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The Anscomark M

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<p>Spotted this one laying on a table and it took some examination to determine that it was a real camera. I<br>

paid the 10 bucks and took it home without knowing what I had really bought. My first impression was<br>

that it had the styling of a 1960 Mercury, oversized and lots of chrome.</p>

<p>A little research revealed a quite sophistacated rangefinder camera. Released in 1960 by Ansco in the US<br>

it was made by Ricoh and sold in Japan as the Ricoh 999. I found some reference indicating the camera<br>

was designed by Ansco and they contracted Ricoh to make it but I have not been able to verify that.</p>

<p>The camera had a selenium powered match needle exposure meter, a large and bright viewfinder, and<br>

interchangeable Xyton lenses. This camera came with the f1.9/50 Xyton lens but there was also available<br>

a f3.5/35, a f4/100, and a lower cost f2.5/50 Xytar lens. Each lens had a colored ring on the end of the<br>


that matched the colored brightline frame lines in the viewfinder. The 35mm lens was green, 50mm white,<br>

and 100mm was red. There is a small lever on the side near the name badge when pressed causes the<br>

name badge to flip up exposing the selenium cell for metering. That big silver hood ornament next to the<br>

lens is the shutter release. The frame counter is unique in that it is mounted on the back of the film door<br>

and the frame advance lever is on the bottom ala the Kodak Retinas. It uses the Seikosha SLV shutter.<br>

So here is a picture of the monster (Is that what the "M" stands for).</p>

<p> </p><div>00aQHW-468765684.jpg.ddb13823a32313a9634285ead1606113.jpg</div>

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<p>You don't see the lenses for this camera come up on the auction site too often but I have<br>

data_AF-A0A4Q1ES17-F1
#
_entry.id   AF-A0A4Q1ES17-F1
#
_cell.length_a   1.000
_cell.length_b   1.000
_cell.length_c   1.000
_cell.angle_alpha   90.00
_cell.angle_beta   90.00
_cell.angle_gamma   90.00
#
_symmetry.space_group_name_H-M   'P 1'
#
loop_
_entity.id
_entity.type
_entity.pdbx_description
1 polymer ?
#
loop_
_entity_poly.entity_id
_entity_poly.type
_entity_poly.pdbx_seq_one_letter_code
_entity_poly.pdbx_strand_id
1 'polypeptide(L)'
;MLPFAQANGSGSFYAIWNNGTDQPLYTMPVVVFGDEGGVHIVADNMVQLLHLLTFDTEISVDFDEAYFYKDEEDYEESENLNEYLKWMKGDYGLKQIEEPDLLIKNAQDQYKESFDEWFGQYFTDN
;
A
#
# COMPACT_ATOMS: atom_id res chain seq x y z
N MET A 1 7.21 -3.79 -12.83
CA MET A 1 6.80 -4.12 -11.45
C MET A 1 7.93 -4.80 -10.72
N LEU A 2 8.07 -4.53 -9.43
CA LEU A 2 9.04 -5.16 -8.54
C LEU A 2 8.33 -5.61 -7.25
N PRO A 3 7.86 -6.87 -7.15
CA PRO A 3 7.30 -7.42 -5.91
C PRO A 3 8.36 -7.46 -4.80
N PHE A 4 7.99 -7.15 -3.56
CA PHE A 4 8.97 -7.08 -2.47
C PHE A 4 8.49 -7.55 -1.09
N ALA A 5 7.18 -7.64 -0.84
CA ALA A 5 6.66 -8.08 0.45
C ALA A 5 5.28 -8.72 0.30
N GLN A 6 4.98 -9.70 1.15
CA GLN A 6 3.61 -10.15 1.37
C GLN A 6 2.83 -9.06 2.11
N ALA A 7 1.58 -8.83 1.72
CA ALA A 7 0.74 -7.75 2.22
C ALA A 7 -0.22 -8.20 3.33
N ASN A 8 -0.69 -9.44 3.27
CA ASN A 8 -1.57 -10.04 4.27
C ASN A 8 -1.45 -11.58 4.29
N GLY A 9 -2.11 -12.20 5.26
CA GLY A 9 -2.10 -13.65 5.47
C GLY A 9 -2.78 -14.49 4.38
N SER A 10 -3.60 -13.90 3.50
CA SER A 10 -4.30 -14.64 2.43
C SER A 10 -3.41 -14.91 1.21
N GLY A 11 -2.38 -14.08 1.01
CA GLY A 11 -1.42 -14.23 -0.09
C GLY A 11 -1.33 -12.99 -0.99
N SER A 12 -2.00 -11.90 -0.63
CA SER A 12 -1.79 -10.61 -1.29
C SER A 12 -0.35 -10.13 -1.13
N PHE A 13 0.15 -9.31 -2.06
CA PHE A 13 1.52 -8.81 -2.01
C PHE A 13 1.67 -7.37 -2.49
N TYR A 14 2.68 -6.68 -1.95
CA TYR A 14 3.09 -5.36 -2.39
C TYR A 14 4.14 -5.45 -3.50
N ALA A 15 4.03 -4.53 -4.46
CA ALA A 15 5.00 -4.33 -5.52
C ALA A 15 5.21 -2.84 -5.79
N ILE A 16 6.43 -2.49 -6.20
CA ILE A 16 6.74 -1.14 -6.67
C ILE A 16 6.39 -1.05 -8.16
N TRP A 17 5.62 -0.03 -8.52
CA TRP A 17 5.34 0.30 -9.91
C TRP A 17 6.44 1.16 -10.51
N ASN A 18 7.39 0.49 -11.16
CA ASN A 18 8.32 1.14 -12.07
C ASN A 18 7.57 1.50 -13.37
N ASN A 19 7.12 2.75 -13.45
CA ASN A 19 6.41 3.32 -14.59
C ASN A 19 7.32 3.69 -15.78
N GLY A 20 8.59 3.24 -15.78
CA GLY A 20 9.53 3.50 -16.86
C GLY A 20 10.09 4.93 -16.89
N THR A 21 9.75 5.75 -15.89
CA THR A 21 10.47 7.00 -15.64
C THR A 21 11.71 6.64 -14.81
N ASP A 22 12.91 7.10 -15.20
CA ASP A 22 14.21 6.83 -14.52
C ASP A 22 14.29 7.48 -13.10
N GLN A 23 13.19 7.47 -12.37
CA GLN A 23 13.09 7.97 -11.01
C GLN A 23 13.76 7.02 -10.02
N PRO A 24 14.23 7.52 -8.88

been able to get the 35mm and 100mm lenses at reasonable prices. Here is the camera<br>

with the 100mm lens mounted on it. If you look closely you can see a red ring on the front<br>

of the lens that corresponds to the red frame lines in the viewfinder.</p>

<p>The only complaint I have about the camera besides its size and weight is about 25% of the<br>

viewfinder is blocked by the lens.</p><div>00aQHf-468767584.jpg.a7bfd12b8e5f2631e18fe370f25c7096.jpg</div>

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<p>Nice results. I've seen ads for this camera in old issues of photography magazines, but never seen any photos taken with one. I inherited a ton of old photo magazines from my dad (ranging from 1952 to 1977). Ansco was a big advertiser in the 50's and 60's, offering various 35mm models as well as 120 folders. I've always wondered how this camera performed. I would (based on my reading of old magazines) that it would be less expensive than Kodak's Retina rangefinder series, but probably more than the Kodak Signet 80 series. Thanks for an informative post.</p>
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<p>I saw one of these in a thrift shop in 1971 but it was a bit expensive. That thrift shop usually was. Anyway, I had thought these were made by Minolta. But the thing that amazes me most is how your photos look like they were shot on Anscochrome film.</p>
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<p>I am glad everyone found this strange looking camera interesting. It did not sell too well<br>

but I think if its styling was more conventional it would have been a better seller.</p>

<p>Tom- I think I was using Fuji 200 at the time.</p>

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<p>Always late to the party !! Wow what a cool camera. You mentioned the size and weight. Hard to udge size. I get the implication from moster tht it ain't too small and cute. Amazing that you could find the lenses. The car comparison was pretty nice as the chrome was the same. Like John said the more you learn, the more you realize there's so much you don't know. I love this forum for such finds like this. You'd think a consumer camera with this kind of functionality would've sold better!! ie more plentiful! So this is well kind of rare ... Love the photos and I agree they have that 1960s slide look! Fog really works!!</p>


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